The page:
Tuesday, October 9, 2012
Tennessee-Mississippi St. Preview
While the offense has more than held its own, undefeated Mississippi State continues to turn heads behind one of the more stifling defenses in the country.
Tennessee, meanwhile, is hoping to come out with a much-improved defensive display following its bye.
Looking to extend their best start in 13 seasons, the No. 19 Bulldogs try to avoid a seventh consecutive loss to the Volunteers as the Southeastern Conference rivals square off in Starkville on Saturday night.
Mississippi State limited Kentucky to 228 yards of total offense last Saturday, improving to 5-0 overall and 2-0 in conference play with a 27-14 road win. The Bulldogs are tied for fourth in the nation with 15 forced turnovers -- despite failing to get one versus the Wildcats -- and rank 11th with an average of 13.4 points allowed.
Mississippi State hasn't opened 6-0 since 1999, when it won its first eight games to set a school record.
"They got a great defense," Tennessee quarterback Tyler Bray said. "They got guys all around making plays. It's gonna be a tough game (Saturday)."
While moving the ball hasn't been an issue for a Volunteers team averaging 39.4 points, it hasn't been able to slow anyone down.
After getting outgained 555-340 in total offense during a 37-20 defeat to then-No. 18 Florida on Sept. 15, Tennessee (3-2, 0-2) allowed 560 yards in a 51-44 loss at then-No. 5 Georgia on Sept. 29, its ninth loss in 10 conference games.
Surrendering 186.2 on the ground per game and 5.2 per carry, the Volunteers gave up 336 rushing yards to the Gators and 274 to Georgia.
"We've obviously got a lot of issues on defense stopping the run that we've got to correct on this open date or we're not going to beat anybody," said coach Derek Dooley, who is recovering from surgery on his fractured right hip and will coach from the press box Saturday.
While Tennessee's woes could lead to another big day for Mississippi State running back LaDarius Perkins, Dooley is hoping a week off makes all the difference.
"We've had a good couple of days," he told the school's official website. "This is a big time for our team and I told them that. It's time to go out there and start acting on all the lessons we've learned in these earlier games.
"We just have to go out there and be ready on the road, go out there and finish four quarters and be able to execute the plays you need to execute to win a football game. That is where we are."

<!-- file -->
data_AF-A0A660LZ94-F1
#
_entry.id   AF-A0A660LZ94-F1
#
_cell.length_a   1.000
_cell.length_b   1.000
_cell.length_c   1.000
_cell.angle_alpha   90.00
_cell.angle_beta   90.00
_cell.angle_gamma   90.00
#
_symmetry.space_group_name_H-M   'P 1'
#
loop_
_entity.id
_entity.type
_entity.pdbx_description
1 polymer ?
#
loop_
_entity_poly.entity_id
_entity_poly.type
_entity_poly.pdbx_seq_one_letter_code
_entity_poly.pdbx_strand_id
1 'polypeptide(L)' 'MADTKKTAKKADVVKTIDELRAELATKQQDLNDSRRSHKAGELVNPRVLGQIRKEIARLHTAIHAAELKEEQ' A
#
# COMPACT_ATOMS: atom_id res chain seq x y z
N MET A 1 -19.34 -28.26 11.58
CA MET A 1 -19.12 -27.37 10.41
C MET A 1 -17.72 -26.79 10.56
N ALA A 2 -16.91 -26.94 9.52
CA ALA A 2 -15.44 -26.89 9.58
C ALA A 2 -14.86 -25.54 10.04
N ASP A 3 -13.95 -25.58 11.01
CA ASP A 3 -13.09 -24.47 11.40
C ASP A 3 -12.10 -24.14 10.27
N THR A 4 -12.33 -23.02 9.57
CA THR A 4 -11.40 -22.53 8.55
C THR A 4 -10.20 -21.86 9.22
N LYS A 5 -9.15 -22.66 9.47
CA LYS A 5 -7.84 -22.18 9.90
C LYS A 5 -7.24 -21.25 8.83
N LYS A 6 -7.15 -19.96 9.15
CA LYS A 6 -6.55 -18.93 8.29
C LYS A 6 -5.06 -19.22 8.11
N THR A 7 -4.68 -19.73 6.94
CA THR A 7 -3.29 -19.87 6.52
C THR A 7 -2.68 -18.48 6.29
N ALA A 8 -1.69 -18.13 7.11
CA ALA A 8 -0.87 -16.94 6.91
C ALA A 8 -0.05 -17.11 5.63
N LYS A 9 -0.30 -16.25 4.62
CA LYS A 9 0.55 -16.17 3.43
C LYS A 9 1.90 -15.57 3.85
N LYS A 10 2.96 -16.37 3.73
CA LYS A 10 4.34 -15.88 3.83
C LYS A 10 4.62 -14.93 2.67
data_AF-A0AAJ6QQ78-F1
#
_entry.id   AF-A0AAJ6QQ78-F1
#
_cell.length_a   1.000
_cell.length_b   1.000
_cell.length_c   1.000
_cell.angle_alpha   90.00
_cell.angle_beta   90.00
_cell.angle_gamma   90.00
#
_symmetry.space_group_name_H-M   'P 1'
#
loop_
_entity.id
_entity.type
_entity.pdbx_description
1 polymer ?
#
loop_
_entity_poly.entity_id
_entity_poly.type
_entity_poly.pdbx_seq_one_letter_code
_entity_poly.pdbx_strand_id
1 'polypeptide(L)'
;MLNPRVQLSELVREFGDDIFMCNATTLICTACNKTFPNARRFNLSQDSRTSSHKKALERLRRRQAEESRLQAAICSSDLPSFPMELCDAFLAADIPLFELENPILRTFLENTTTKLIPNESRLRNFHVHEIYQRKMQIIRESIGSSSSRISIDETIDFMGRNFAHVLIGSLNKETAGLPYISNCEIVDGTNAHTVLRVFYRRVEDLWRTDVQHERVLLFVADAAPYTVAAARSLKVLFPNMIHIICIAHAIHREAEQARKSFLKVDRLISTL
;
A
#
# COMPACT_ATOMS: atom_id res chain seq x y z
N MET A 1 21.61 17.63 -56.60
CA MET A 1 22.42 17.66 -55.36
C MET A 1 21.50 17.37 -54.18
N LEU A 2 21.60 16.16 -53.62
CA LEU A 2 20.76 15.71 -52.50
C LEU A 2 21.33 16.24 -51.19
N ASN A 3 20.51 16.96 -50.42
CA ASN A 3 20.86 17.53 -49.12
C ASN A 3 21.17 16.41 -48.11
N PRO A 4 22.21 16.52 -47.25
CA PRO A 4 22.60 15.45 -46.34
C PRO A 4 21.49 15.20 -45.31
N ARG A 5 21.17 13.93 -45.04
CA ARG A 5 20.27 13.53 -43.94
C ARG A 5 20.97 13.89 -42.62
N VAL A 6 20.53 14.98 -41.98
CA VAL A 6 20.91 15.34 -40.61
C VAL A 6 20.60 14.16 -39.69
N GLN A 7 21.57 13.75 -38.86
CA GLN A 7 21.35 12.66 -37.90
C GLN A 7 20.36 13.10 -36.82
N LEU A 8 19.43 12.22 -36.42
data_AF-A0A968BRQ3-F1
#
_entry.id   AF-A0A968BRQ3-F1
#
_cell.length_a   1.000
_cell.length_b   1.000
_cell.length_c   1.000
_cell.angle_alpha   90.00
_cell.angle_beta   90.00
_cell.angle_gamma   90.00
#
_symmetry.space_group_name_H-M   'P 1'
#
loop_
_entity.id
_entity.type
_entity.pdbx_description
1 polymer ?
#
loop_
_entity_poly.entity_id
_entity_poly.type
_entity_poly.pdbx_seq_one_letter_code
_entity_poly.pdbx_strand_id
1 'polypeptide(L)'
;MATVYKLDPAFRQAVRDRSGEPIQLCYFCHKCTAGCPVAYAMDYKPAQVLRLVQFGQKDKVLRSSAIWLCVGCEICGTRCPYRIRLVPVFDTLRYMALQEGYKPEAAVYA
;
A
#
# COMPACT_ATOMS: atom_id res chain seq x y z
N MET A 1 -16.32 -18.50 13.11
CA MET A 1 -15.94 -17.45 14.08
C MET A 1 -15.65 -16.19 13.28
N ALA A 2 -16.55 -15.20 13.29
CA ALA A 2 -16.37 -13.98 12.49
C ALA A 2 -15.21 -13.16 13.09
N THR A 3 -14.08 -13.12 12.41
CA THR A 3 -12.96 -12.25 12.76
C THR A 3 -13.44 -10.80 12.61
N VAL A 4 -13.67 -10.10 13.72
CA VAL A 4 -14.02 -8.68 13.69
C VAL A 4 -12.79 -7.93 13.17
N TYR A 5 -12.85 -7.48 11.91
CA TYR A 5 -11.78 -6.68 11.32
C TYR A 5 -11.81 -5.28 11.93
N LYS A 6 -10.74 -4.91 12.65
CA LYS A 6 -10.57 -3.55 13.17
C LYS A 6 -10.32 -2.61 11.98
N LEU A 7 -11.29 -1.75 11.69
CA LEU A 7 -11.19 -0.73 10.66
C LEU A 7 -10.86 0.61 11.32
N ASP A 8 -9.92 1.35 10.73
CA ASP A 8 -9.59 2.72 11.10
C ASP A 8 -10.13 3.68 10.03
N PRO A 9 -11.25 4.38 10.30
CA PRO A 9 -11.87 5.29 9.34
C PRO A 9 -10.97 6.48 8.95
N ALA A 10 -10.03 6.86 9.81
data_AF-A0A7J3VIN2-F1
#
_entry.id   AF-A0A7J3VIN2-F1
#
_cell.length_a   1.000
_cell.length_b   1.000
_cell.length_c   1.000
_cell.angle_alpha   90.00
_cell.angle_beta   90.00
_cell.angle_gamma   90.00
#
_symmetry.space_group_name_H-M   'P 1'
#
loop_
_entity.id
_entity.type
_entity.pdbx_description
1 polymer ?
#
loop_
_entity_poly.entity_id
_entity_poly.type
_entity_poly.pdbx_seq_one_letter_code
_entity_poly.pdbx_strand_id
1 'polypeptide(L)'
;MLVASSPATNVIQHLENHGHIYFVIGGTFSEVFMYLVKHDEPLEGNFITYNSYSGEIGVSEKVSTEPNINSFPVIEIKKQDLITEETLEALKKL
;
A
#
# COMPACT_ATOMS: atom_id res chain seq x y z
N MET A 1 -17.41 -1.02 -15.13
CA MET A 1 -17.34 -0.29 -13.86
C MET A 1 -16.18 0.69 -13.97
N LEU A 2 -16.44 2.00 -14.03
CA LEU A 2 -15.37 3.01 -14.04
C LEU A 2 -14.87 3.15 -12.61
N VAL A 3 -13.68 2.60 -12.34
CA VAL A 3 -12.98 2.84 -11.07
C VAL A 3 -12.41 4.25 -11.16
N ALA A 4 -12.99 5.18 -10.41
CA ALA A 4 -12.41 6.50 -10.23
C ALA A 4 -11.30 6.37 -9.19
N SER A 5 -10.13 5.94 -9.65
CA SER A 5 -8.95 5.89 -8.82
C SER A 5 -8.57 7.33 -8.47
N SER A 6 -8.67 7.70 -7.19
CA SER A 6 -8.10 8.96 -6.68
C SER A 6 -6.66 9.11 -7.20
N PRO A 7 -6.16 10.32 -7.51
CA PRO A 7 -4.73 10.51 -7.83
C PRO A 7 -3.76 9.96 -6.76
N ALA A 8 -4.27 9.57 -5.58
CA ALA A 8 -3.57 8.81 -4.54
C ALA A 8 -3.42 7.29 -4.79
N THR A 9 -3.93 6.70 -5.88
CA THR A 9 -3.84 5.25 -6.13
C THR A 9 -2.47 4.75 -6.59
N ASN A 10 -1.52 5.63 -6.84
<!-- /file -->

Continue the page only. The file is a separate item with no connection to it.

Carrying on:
The Volunteers could have their hands full with a Bulldogs offense that's scored at least 25 points in each of its first five games for the first time in the program's 113-year history. Perkins ranks second in the conference with an average of 99.8 rushing yards while Tyler Russell has thrown 10 touchdown passes with only one interception.
Tennessee has taken nine of 10 from Mississippi State, winning each of the last six matchups by average of 24.5 points. The Volunteers, who haven't lost in this series since a 24-21 defeat in 1994, posted a 34-3 rout the last time these teams met in 2008.
"I'm excited about this game. An eight o'clock kickoff and it will be a great a environment here," coach Dan Mullen said. "I know our fans are going to be fired up and our student body is going to work hard to give us the home field advantage -- which is critical. You want to put yourself in a position to win championships, so you have to win home games."
Slowing down Rajion Neal could prove crucial for Mississippi State. After running for a career-high 151 yards during a 47-26 win over Akron on Sept. 22, the junior back compiled 104 yards on the ground and a touchdown against Georgia, adding five receptions for 53 yards and another score through the air.
"He's starting to understand that he needs to be physical," Bray said. "Before, he was trying to be the little scatback trying to make all the moves. Now he knows he needs to be a downhill runner, and it's paying off for him."
Loser in 19 of 20 against ranked foes, Tennessee has been outscored by an average of 20.6 points during a 13-game slide against Top-25 opponents.